It was therefore determined, a few days ago, to wait the arrival of the Reinforcement from the Northward, before any alteration could safely be made in the disposition of the Army, and I was not without hopes, that the Fort would have held out till that time. That we might then have moved without endangering the Stores, I had given orders for the removal of them from the places beforementioned, to Lebanon and other places in Lancaster County, which is, at any rate, more safe and convenient than where they were.3
As the keeping possession of Red Bank, and thereby still preventing the Enemy from weighing the Chevaux de frize before the Frost obliges their Ships to quit the River, has become a matter of the greatest importance; I have determined to send down Genl St Clair, Genl Knox, and Baron Kalb to take a view of the Ground, and to endeavour to form a Judgment of the most probable means of securing it.4 They will, at the same time, see how far it is possible for our fleet to keep their Station since the loss of Fort Mifflin, and also make the proper inquiry into the Conduct of the Captains of the Galleys, mentioned in the former part of this letter.
I am informed that it is matter of amazement, and that reflections have been thrown out against this Army, for not being more active and enterprizing than, in the opinion of some, they ought to have been. If the charge is just, the best way to account for it, will be to refer you to the returns of our Strength and those which I can produce of the Enemy, and to the inclosed Abstract of the Cloathing now actually wanting for the Army,5 and then I think the wonder will be, how they keep the feild at all, in Tents, at this Season of the Year. What Stock the Cloathier General has to supply this demand, or what are his prospects, he himself will inform you, as I have directed him to go to York Town to lay these matters before Congress.6 There are besides, most of those in the Hospitals more bare than those in the Feild. Many remain there for want of Cloaths only.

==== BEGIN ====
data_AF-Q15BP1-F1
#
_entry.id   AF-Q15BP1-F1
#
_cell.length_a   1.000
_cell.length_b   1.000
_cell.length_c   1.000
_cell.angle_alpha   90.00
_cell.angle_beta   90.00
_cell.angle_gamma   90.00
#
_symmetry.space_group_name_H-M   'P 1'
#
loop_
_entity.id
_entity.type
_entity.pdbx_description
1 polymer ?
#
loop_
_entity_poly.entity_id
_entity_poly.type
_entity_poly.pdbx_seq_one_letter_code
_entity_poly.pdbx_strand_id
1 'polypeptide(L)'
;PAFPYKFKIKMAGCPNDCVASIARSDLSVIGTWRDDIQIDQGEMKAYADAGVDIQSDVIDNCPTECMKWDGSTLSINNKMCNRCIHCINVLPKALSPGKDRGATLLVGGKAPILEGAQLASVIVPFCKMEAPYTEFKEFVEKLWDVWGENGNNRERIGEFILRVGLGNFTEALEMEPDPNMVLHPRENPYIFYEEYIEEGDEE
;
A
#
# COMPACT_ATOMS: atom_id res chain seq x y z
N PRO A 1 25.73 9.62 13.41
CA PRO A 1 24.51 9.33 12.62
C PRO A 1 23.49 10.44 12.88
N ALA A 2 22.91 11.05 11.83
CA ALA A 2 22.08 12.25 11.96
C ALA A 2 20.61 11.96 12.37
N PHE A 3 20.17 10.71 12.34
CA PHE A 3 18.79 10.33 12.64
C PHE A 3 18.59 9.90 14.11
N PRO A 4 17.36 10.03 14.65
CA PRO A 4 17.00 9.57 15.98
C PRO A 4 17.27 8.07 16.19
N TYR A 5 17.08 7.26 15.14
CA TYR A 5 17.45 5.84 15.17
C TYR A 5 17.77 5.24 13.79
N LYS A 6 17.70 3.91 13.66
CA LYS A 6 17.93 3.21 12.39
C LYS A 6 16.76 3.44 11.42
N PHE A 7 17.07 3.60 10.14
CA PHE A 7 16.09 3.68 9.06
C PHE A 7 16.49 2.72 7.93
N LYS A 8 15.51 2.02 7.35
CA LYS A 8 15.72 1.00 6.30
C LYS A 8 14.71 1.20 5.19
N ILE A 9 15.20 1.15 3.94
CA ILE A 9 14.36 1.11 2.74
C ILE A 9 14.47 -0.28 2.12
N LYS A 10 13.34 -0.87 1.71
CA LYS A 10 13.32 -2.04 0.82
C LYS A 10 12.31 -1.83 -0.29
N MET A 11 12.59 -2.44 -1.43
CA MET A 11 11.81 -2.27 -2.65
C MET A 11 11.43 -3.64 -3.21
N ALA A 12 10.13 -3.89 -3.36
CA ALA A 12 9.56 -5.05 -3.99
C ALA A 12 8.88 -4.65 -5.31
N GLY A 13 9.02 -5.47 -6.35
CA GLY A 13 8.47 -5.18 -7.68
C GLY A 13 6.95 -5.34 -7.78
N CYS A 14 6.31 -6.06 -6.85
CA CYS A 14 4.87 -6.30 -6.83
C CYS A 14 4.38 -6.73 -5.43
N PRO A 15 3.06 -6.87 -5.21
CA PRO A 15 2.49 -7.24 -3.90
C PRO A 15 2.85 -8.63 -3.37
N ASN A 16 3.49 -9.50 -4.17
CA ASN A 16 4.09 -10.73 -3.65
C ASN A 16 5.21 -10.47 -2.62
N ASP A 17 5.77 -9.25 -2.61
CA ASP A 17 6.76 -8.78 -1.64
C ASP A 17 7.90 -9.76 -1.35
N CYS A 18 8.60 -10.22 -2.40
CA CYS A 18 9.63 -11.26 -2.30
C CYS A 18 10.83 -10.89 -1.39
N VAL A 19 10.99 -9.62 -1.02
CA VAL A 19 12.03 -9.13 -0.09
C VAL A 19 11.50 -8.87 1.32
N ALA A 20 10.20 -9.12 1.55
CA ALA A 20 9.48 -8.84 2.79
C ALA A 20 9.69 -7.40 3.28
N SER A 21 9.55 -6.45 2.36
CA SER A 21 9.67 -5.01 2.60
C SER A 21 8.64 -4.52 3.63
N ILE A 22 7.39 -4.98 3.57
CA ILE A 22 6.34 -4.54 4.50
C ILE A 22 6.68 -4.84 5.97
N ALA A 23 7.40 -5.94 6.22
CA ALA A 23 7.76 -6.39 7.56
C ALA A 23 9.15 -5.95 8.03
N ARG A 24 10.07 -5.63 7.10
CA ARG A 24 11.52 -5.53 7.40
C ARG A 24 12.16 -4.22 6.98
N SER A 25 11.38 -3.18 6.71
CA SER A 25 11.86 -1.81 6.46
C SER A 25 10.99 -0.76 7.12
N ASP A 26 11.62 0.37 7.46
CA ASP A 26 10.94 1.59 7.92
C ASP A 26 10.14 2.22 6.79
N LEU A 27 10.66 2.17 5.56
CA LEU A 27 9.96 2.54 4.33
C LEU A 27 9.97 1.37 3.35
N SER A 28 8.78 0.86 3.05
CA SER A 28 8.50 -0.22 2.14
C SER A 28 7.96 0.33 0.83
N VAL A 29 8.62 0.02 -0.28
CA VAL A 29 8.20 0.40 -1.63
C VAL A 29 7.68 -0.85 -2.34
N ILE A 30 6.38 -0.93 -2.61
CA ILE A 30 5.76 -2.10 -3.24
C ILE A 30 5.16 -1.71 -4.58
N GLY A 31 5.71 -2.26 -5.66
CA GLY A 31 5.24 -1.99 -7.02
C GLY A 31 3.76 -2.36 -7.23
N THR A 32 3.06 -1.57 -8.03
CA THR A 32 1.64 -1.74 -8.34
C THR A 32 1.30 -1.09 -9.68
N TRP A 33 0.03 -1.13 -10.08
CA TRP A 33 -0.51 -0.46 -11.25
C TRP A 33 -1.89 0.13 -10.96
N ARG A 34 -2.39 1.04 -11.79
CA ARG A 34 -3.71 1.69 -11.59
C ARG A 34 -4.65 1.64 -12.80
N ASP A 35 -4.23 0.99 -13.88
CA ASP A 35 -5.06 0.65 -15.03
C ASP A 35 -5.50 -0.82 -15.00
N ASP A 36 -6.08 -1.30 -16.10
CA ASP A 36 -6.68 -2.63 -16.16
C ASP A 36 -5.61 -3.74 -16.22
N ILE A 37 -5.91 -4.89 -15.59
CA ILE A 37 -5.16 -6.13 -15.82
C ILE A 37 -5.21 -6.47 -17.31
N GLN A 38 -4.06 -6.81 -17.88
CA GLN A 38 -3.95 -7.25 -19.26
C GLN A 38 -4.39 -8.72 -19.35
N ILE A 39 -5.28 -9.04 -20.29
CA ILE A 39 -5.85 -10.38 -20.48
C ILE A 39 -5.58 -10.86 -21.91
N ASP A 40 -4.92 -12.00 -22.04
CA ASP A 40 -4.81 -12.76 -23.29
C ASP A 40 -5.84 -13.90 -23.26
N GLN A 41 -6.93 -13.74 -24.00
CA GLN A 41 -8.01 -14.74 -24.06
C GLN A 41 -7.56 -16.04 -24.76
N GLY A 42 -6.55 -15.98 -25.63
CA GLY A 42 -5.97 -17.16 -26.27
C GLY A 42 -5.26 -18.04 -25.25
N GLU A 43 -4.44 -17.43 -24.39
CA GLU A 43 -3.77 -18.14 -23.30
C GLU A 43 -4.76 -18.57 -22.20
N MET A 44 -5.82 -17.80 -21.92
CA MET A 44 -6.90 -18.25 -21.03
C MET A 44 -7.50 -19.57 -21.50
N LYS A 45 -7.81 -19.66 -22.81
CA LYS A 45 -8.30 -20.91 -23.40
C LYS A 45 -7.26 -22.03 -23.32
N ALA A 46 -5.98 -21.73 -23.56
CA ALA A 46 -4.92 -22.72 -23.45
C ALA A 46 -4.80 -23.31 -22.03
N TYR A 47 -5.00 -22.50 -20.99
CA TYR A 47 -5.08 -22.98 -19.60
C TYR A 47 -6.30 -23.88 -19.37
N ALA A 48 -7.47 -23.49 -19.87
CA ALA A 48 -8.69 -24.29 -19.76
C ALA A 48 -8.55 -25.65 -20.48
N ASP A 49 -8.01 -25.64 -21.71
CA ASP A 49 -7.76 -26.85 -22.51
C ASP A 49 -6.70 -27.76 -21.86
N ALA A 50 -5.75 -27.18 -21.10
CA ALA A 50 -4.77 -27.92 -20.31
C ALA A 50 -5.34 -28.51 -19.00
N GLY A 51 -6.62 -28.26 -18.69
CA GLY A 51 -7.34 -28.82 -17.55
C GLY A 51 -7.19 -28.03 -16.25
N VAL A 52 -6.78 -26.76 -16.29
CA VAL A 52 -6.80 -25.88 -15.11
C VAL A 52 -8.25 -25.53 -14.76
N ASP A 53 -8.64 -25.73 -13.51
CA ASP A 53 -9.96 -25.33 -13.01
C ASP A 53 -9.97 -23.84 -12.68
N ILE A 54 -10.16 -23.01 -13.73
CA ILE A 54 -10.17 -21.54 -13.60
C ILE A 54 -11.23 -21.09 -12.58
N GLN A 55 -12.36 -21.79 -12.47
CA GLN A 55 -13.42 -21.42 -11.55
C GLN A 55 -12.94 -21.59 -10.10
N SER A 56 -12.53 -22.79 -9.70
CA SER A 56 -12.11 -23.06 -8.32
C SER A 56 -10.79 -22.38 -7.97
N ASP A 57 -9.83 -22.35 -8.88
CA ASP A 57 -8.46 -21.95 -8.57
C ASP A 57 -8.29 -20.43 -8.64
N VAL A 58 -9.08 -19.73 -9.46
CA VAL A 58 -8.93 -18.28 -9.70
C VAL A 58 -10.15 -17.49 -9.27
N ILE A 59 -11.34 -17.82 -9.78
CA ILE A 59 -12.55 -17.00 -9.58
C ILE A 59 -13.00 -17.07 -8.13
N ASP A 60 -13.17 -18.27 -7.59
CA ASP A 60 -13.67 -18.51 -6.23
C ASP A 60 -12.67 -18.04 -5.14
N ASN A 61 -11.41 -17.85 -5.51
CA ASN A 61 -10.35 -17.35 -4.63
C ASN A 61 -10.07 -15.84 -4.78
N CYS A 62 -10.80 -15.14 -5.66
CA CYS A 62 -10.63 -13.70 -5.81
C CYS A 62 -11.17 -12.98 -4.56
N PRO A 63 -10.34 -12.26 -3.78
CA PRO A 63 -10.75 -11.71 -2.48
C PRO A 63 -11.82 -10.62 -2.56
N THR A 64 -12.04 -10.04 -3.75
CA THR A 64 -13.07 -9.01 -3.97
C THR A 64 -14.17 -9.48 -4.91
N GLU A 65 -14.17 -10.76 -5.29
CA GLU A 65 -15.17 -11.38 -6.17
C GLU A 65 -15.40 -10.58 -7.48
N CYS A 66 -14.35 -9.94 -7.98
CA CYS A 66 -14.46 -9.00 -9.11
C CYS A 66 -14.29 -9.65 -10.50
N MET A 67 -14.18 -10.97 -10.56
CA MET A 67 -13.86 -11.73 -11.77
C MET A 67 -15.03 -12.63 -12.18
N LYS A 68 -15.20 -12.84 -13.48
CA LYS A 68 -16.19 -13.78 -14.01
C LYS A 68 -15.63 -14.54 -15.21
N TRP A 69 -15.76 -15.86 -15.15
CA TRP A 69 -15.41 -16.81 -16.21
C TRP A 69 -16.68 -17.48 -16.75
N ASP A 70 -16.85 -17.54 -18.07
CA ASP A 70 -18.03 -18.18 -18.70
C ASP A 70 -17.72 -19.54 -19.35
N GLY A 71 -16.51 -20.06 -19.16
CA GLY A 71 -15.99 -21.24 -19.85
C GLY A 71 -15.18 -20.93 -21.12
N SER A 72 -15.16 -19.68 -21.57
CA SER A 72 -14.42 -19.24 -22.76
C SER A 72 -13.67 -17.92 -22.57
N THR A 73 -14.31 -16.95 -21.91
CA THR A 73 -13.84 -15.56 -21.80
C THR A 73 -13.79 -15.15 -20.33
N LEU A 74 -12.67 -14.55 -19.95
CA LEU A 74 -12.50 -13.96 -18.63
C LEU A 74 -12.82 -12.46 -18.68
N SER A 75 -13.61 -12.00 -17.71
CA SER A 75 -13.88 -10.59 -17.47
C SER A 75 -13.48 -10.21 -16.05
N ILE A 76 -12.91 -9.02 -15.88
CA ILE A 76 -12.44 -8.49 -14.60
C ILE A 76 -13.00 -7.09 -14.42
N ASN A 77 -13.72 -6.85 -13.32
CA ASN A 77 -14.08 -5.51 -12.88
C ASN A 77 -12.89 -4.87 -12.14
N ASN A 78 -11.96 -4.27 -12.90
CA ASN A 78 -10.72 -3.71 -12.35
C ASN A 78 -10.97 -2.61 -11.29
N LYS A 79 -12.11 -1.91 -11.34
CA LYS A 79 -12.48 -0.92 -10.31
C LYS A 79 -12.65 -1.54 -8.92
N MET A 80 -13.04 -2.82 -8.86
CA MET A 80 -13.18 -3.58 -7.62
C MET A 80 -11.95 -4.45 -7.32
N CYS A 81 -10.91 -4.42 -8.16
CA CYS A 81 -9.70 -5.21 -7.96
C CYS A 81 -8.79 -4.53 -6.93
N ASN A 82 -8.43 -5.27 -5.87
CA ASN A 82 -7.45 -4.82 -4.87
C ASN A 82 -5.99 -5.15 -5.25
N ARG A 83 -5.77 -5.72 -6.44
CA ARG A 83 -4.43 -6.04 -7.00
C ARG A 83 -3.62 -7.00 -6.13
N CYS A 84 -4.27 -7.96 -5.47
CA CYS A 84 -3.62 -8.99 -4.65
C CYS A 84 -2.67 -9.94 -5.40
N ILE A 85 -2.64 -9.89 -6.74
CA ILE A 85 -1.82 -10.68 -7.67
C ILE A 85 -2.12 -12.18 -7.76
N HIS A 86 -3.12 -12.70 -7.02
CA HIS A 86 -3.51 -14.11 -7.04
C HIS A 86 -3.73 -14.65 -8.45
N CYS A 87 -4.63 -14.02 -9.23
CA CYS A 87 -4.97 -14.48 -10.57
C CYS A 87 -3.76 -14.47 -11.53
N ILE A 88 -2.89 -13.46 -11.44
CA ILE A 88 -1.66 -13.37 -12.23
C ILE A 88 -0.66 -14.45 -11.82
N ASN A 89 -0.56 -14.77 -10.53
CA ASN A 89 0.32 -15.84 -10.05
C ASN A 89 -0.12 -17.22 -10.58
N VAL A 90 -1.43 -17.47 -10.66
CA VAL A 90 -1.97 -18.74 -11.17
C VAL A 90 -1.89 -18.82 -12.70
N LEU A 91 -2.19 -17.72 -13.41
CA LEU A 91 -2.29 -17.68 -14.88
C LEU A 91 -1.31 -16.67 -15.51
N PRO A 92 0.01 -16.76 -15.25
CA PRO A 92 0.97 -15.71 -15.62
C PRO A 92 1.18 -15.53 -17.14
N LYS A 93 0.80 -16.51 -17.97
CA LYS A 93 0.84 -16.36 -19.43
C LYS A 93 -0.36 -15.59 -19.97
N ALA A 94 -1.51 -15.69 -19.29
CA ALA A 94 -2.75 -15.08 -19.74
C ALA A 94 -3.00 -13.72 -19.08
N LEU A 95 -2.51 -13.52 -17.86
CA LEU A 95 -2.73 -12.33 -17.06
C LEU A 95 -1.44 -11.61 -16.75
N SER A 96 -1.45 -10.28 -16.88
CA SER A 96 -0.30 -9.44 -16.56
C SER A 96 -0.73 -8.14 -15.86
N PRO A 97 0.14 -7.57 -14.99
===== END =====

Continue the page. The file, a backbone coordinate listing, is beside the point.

Several General Officers, unable to procure Cloathing in the common line, have employed Agents to purchase up what could be found in different parts of the Country. Genl Wayne among others has employed Mr Zantzinger of Lancaster, who has purchased to the Amount of £4500, for which he desires a draft upon the Treasury Board. Inclosed you have copy of his letter. I am not clear whether this application should properly be made to the Treasury or the Cloathier General, who should charge the money to the Regiments for whom the Cloaths are, as so much advanced to them. If the latter should appear the most proper mode, I will order it to be done.7
I am anxiously waiting the arrival of the Troops from the Northward, who ought, from the time they have had my orders to have been here before this. Colo. Hamilton, one of my Aids, is up the North River doing all he can to push them forward, but he writes me word that he finds many unaccountable delays thrown in his way.8 However I am in hopes that many days will not elapse before a Brigade or two at least arrive. The want of these Troops has embarrassed all my measures exceedingly.
18th Your dispatches of the 13th and 14th have this Moment come to hand, they shall be attended to and answered in my next.9 I have the honor to be with great Respect Sir Yr most obt Servt
LS, in Tench Tilghman’s writing, DNA:PCC, item 152; Df, DLC:GW; copy, ScHi: Henry Laurens Papers; copy, DNA:PCC, item 169; Varick transcript, DLC:GW. Congress read this letter and its enclosures and referred them to the Board of War on 21 Nov. (JCC description begins Worthington Chauncey Ford et al., eds. Journals of the Continental Congress, 1774-1789. 34 vols. Washington, D.C., 1904–37. description ends , 9:945–46).
2. Tilghman wrote “a such a” on the manuscript.
3. No written orders on this subject have been identified. Lebanon, Pa., now in Lebanon County, is twenty-eight miles west of Reading on the road from Reading to Harrisburg.
5. This enclosure has not been identified.
7. Paul Zantzinger (d. 1817) was a tailor operating from North Queen Street in Lancaster and a captain in the Lancaster County militia. From November 1777 to April 1778 he supplied a large quantity of uniforms, coats, breeches, stockings, shoes, and hats to Brig. Gen. Anthony Wayne’s troops (see Wayne to Thomas Wharton, Jr., 28 Dec. 1777 and 18 April 1778, in Rupp, History of Lancaster County description begins I. Daniel Rupp. History of Lancaster County to Which Is Prefixed a Brief Sketch of the Early History of Pennsylvania. 1844. Reprint. Spartanburg, S.C., 1984. description ends , 412–13, 419–20). Zantzinger’s letter to Wayne was read in Congress and referred to the Board of Treasury on 21 Nov., and on 1 Dec. Congress resolved to reimburse Zantzinger “12,000 Dollars for the Payment of Cloathing purchased for the use of the Army” (JCC description begins Worthington Chauncey Ford et al., eds. Journals of the Continental Congress, 1774-1789. 34 vols. Washington, D.C., 1904–37. description ends , 9:946,984; see also Laurens to GW, 22 Nov.).